Please be informed that following the assessment of the situation, and because of the necessity to provide immediate assistance without delay to the people in distress, I have performed the rescue of the SAR Case. I am currently patrolling with  survivors on board, under medical care. Most of the survivors are physically or mentally deeply traumatized.
Libyan Coast Guard requested us to transfer the survivors to their vessel to bring them to a Libyan port. I have all the reason to believe that none of the Libyan ports are a place of safety for the survivors. I also have all reason to believe that a transfer operation would jeopardize the safety of the rescued people and my crew because of a risk of panic.
Therefore, as per the SAR Convention we cannot and should not transfer rescued people to Libyan Coast Guard and I request you to help to provide us a place of safety for disembarking the survivors of the SAR Case within a reasonable time.
My ship has the capacity to provide adequate medical and humanitarian care to the survivors.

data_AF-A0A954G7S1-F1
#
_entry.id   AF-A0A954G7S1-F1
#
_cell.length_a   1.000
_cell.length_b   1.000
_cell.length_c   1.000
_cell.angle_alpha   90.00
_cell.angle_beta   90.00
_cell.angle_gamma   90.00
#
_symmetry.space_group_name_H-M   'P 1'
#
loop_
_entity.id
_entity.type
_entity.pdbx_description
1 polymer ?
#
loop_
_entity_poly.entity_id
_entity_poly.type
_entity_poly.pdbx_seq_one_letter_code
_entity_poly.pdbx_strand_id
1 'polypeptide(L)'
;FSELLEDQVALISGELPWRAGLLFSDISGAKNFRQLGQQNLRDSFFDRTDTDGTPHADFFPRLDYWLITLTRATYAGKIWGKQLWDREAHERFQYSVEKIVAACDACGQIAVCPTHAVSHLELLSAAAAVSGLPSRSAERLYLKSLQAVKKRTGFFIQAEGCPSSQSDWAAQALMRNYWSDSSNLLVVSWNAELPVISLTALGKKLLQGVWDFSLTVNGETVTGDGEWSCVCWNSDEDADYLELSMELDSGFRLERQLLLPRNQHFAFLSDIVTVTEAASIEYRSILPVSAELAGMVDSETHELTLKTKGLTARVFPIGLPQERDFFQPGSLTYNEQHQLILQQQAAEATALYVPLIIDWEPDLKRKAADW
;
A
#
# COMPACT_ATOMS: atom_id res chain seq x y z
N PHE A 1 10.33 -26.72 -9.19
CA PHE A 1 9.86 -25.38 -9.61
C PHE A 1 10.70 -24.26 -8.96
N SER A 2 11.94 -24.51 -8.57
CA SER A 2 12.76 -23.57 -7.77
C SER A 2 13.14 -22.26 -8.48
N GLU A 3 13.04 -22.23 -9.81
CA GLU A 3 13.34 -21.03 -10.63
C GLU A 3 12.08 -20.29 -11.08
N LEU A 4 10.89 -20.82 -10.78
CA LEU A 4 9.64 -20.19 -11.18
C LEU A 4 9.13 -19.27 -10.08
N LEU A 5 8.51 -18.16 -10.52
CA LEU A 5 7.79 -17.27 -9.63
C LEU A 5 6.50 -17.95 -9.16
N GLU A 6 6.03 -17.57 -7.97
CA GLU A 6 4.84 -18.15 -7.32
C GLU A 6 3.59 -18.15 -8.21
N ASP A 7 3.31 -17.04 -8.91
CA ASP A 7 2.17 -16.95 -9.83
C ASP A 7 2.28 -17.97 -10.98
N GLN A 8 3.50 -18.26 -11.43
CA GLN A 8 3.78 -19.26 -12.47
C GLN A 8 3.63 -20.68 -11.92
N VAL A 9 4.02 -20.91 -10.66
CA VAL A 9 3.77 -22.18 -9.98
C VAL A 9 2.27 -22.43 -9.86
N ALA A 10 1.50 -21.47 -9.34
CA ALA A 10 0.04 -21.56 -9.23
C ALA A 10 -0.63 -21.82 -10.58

After the rescue, survivors must be disembarked in a place of safety as outlined by the SOLAS convention, regulation 33-4 : “The contracting Government responsible for the SAR Region in which such assistance is rendered shall exercise primary responsibility for ensuring such coordination and cooperation occurs, so that survivors assisted are disembarked from the assisting ship and delivered to a place of safety, taking in account the particular circumstances of the case and guidelines developed by the Organization. In these cases, the relevant Contracting Governments shall arrange for such disembarkation to be effected as soon as reasonably practicable”.
A place of safety must be a place where survivors’ fundemental needs and rights are met, according to IMO Resolution MSC.167 (78): “A place of safety (as referred to in the Annex to the 1979 SAR Convention, paragraph 1.3.2) is a location where rescue operations are considered to terminate. It is also a place where the survivors’ safety of life is no longer threatened and where their basic human needs (such as food, shelter and medical needs) can be met”. “The need to avoid disembarkation in territories where the lives and freedoms of those alleging a well-founded fear of persecution would be threatened is a consideration in the case of asylum-seekers and refugees recovered at sea”.